Make a Sundial

Fourth Grade Earth & Space Science Activities: Make a Sundial

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How do you tell time without a watch? Use the sun! The sun can be an accurate time telling device as long as you have the tools to help you. The earliest sundial was built in Ireland from 5000 B.C. Later, obelisks were also used as sundials. This simple activity will show your child how to build his own sundial.

What You Need:

  • Straight stick about 2 feet long
  • 8 or 10 pebbles or small sea shells
  • Watch

What You Do:

  1. Find a sunny spot and push the stick straight into the grass or earth. If your backyard doesn’t have any grass or earth,  fill a small bucket with sand and place your stick into the bucket.
  2. Start in the morning when the sun is up. At 7:00 am use a pebble to mark where the shadow of your stick falls.  Come back at 8:00am, 9:00am, 10:00am and so on until there is no more daylight in the day. You may want to mark your pebbles with the time they were placed using chalk.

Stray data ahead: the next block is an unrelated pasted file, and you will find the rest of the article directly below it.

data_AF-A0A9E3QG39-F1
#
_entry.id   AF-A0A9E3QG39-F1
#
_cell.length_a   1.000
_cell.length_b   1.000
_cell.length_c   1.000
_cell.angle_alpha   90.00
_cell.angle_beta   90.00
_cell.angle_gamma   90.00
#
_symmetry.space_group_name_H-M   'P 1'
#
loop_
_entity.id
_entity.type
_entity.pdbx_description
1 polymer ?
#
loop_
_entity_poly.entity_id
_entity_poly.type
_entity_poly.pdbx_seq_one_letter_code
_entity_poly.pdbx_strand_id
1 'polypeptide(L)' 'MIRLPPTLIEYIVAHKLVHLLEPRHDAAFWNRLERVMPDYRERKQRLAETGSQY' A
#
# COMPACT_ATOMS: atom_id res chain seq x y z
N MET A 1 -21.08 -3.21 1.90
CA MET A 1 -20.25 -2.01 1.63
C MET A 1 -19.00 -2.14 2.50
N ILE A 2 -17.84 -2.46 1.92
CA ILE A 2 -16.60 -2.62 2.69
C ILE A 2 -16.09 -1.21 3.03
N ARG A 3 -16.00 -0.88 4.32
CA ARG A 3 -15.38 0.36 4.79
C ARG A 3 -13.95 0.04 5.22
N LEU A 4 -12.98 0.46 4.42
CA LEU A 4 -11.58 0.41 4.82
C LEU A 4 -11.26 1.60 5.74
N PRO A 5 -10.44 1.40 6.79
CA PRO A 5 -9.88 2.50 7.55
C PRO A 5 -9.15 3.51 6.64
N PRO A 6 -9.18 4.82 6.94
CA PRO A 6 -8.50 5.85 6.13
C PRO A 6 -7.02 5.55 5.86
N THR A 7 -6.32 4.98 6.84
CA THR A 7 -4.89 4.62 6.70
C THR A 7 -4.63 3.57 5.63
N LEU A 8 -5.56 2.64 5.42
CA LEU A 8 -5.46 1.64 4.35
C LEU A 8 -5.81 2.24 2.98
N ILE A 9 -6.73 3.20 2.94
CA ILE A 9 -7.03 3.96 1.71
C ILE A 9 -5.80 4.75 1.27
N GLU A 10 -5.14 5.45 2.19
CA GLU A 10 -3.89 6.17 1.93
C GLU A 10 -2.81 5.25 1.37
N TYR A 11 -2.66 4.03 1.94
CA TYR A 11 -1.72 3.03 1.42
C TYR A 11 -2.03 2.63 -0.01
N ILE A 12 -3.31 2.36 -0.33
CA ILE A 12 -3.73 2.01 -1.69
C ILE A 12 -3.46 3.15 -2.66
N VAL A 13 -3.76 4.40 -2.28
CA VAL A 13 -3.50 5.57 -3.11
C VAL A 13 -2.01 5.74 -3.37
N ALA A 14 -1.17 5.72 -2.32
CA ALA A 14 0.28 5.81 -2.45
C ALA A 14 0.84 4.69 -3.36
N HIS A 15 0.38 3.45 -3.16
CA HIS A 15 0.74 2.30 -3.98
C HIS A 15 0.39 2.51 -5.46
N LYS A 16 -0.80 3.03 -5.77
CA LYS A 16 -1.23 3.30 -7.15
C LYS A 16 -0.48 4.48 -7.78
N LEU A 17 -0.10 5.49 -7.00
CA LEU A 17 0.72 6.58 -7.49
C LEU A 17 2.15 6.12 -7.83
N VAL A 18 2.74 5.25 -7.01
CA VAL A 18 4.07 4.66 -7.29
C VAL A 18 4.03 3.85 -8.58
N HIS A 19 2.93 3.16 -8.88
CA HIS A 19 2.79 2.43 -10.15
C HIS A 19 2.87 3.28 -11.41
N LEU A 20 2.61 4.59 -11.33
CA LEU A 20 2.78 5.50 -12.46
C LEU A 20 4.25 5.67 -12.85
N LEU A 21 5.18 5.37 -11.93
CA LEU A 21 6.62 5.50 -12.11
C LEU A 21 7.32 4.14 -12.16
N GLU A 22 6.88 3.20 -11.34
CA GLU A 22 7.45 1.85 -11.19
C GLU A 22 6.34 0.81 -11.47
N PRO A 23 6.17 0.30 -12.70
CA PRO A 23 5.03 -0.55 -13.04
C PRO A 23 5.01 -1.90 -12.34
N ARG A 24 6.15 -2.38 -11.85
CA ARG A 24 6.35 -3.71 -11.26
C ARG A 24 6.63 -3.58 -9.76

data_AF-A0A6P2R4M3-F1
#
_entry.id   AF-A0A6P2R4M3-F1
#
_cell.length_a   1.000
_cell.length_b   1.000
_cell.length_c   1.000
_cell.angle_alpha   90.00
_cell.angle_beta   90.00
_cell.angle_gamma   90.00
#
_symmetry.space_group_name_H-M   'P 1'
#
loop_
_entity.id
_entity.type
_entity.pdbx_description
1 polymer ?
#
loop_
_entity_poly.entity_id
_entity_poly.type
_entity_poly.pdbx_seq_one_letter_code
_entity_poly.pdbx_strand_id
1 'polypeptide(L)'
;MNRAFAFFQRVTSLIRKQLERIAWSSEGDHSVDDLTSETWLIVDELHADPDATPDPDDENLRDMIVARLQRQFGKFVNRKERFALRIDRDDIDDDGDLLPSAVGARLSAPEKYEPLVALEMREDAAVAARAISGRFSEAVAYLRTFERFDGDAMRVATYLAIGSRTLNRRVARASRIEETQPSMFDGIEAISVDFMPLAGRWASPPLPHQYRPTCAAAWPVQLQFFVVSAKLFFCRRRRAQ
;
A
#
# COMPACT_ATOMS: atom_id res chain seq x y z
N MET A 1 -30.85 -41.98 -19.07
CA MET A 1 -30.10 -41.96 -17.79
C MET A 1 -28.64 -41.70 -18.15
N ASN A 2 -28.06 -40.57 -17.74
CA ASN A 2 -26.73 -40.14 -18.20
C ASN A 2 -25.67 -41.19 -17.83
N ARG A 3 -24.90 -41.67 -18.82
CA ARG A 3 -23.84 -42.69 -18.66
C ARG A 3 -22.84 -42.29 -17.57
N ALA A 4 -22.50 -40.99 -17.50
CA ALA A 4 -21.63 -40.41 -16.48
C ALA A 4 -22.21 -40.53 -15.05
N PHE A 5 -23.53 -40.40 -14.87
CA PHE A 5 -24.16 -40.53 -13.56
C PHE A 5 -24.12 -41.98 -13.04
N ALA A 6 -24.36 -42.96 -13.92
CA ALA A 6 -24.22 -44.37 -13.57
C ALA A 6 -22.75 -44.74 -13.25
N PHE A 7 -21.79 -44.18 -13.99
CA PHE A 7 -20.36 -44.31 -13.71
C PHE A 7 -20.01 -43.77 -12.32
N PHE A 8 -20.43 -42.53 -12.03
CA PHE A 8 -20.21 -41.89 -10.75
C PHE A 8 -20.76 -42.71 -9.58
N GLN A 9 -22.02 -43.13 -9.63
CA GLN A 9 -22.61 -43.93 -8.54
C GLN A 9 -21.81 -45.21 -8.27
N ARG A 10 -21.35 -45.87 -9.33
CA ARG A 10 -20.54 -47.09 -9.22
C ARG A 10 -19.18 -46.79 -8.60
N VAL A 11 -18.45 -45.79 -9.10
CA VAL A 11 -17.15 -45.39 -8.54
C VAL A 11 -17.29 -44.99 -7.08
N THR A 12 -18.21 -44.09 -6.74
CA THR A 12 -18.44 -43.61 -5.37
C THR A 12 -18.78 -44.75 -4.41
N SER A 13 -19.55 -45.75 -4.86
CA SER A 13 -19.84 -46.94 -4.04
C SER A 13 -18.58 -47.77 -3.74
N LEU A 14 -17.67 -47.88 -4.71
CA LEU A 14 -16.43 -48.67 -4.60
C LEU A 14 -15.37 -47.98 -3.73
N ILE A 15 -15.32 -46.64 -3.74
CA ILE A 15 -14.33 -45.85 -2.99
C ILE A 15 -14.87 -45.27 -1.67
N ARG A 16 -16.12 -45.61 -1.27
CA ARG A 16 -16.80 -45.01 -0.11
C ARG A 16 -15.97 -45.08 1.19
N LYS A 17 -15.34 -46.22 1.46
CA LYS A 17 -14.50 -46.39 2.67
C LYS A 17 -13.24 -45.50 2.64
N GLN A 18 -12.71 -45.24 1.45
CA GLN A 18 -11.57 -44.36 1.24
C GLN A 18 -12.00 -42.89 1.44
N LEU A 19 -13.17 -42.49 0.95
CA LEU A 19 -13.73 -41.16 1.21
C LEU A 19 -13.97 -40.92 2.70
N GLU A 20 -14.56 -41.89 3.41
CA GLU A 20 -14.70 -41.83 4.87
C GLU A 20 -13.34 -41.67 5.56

3. At the end of the day you will have created a sundial! Now you can dispense with the watch (but only while the sun shines).

Did You Know?

  • The length of the shadows will change throughout the year. In the summer the shadows are shorter and the winter the shadows are longer.
  • The term A.M. stands for "ante meridiem." which means before noon. P.M. stands for "post meridiem" or afternoon. Noon is the time when the sun is at its highest point in the sky.
  • On a cloudy day you'll be happy to have a digital clock, but a digital clock doesn't give you any clues about the seasons, so both time-telling tools have their uses!
Updated on Dec 28, 2012
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